Tom Little is the Head of School at Park Day School in Oakland, Ca., and the current President of the Board of the Progressive Education Network. During the months of February and March, 2013, Tom toured the country visiting over 40 progressive schools and studying the current state of Progressive Education in America. This blog chronicles his journey. To follow the blog in sequence, start with the Feb. 9 entry and read up.
Much is being made these days about character. Especially those virtues of character related to grit, perseverance and all manner of a person's capacity to persist and endure. Educators across the country are making waves in schools and school districts on the heels of the release of How Children Succeed: Grit, Curiosity, and the Hidden Power of Character by Paul Tough. Tough is a writer for the N.Y. Times who wrote an article last year presaging the publication of his book. Pulling together findings from various fields, Tough makes the case that there are traits beyond cognitive ability, namely perseverance, resiliency and optimism, necessary for academic success.
Even before his book was released, I could see the tides rising. Last year I wrote an article for Park Central asking to what extent the development of character was the province of a school, using as examples Tough's description of schools in New York which have embarked on efforts to make character development essential to their mission.
Angela Duckworth, a professor at the University of Pennsylvania is featured prominently in Tough's book (see her 2009 TEDtalk on the subject of Grit ). Duckworth's research focuses on hundreds of subjects who had achieved measurable success, and revealed that the most successful individuals have in common character traits such as perseverance, grit, and diligence. More than intelligence or talent, in study after study these attributes demonstrated that the "grittier" a person is, the more he or she is likely to succeed. Both Tough and Duckwork make the distinction between two categories of character: moral character and performance character. Moral character embodies ethical values like fairness, generosity, compassion and integrity, while performance character refers to values such as effort, diligence, and grit.
So, what is grit? In her tool measuring this attribute in children and adults, Duckworth looks at a person's reaction to very difficult or challenging tasks; how does one respond to failure? Does one have the capacity to stick with projects that require perseverance and hard work? Grit is a measurement of how one endures and pushes through obstacles in pursuit of a goal or passion.
It's no surprise if you are asking (as I have been), "So, how can we teach grit?" Are there teacher, parenting, or educational strategies that seem to foster these virtues in our children?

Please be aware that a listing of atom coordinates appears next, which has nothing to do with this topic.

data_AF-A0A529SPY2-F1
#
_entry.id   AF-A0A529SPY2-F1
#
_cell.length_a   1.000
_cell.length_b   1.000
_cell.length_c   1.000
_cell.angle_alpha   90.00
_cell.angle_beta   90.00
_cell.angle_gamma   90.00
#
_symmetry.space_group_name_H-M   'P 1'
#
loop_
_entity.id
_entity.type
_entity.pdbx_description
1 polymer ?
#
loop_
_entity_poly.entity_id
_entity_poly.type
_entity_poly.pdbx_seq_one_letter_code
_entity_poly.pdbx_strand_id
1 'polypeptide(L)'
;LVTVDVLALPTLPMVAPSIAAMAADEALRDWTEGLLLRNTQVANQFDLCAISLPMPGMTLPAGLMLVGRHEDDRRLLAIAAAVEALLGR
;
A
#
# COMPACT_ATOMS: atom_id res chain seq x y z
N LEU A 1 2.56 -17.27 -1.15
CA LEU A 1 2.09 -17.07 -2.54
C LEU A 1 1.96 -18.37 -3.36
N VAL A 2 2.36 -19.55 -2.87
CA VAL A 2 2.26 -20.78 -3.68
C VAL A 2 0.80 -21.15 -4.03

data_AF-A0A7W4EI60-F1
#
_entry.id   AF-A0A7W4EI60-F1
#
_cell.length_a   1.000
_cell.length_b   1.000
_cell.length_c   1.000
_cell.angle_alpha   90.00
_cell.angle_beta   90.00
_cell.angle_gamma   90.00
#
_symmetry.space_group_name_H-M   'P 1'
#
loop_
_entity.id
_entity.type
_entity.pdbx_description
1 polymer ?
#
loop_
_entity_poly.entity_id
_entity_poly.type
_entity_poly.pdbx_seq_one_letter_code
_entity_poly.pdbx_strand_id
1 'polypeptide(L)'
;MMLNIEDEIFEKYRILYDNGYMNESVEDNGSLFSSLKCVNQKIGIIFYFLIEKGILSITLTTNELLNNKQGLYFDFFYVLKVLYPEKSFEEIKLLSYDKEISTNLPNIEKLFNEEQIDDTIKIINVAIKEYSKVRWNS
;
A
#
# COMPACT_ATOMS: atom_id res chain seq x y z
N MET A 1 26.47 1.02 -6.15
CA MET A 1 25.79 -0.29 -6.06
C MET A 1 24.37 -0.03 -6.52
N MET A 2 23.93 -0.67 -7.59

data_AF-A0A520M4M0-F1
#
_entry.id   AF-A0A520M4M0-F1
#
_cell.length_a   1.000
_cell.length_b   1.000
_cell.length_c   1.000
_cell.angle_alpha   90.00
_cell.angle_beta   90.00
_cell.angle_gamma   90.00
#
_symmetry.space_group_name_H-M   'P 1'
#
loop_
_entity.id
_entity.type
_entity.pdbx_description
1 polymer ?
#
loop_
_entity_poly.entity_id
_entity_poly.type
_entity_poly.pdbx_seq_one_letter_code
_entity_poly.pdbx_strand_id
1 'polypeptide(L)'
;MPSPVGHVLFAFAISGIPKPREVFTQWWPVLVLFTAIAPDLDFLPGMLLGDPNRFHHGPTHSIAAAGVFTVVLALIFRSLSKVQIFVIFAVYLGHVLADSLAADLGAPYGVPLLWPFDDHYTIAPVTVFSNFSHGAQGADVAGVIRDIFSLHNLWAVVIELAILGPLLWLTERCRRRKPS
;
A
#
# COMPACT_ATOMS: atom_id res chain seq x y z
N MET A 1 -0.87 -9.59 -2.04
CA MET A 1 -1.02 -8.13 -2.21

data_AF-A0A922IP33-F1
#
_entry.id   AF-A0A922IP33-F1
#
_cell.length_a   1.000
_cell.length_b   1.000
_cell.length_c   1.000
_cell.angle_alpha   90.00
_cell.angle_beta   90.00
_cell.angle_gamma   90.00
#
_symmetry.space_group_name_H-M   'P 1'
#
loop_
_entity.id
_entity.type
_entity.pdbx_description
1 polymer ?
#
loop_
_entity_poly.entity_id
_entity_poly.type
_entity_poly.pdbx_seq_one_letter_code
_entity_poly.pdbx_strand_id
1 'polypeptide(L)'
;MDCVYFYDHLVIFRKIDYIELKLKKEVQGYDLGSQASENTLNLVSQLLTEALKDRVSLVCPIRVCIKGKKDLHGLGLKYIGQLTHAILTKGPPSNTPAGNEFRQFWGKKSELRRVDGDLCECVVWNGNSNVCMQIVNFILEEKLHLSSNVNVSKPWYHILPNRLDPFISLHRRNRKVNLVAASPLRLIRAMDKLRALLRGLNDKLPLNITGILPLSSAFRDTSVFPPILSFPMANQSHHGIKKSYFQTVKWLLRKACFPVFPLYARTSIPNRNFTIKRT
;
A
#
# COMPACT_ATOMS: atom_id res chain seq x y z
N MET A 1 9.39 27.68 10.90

In his book, Tough illustrates that the most important factors in a child's early life are close, loving, nurturing, and attached relationships with a parent (or guardian). Ironically, the need to pull back becomes vital as the children grow. Resisting the temptation to intervene, we need to allow children to stumble and fall, experience failure, have lots of frustrations and disappointments, then to dust off and carry on, learning something about themselves in the process.
Progressive educators have resonated strongly with Tough's premise and the recent research in the measurement of student success. We understand the need to partner with parents in the challenging task of child rearing. Weighing on us is the tension between wanting to pave the way for children and allowing them to experience disappointment and failure. As parents, we can feel it viscerally - the pain of failure - we want to fix it or make it better. This tendency is quintessential to parenting. Teachers also face this struggle.
In part, the teaching of character arises situation by situation. I spoke recently with a parent whose daughter had "hit a wall" while trying to learn a new skill. Though she wanted to quit, he pushed her to stick with it and she finally succeeded in learning the process. It was difficult for him to watch her angst and resistance. Similarly, I recently observed a teacher who insisted that two students who were involved in a conflict sit as long as necessary for them to resolve their issue. I saw the students' transition from a fevered pitch of anger and venom to a reasonable place of calm and measured discussion and problem solving. In these situations, had it not been for the parent and the teacher, the players would have walked away from an important learning opportunity.
Earlier this year, JuanCarlos Arauz spoke on a panel here about 21st Century skills and he adds another dimension to this discussion of grit--cultural competency and the need to translate the strength of students' lived experiences into a new definition of educational excellence. JuanCarlos talked about how much we have to learn from the child - to give just two examples from his talk - who translates languages in their homes for their families, navigates transportation to and from school, or the child can "code-switch" from one environment to another. I believe this is the stuff of building resilience and grit as well as self-esteem.
I recommend that folks read Paul Tough's book. It has spawned countless blogs and commentary such as this. The book validates our mission of holding children's social and emotional development, and brings into relief the importance of encouraging the development of their character. These virtues are important to their success as students, but equally to their success at life.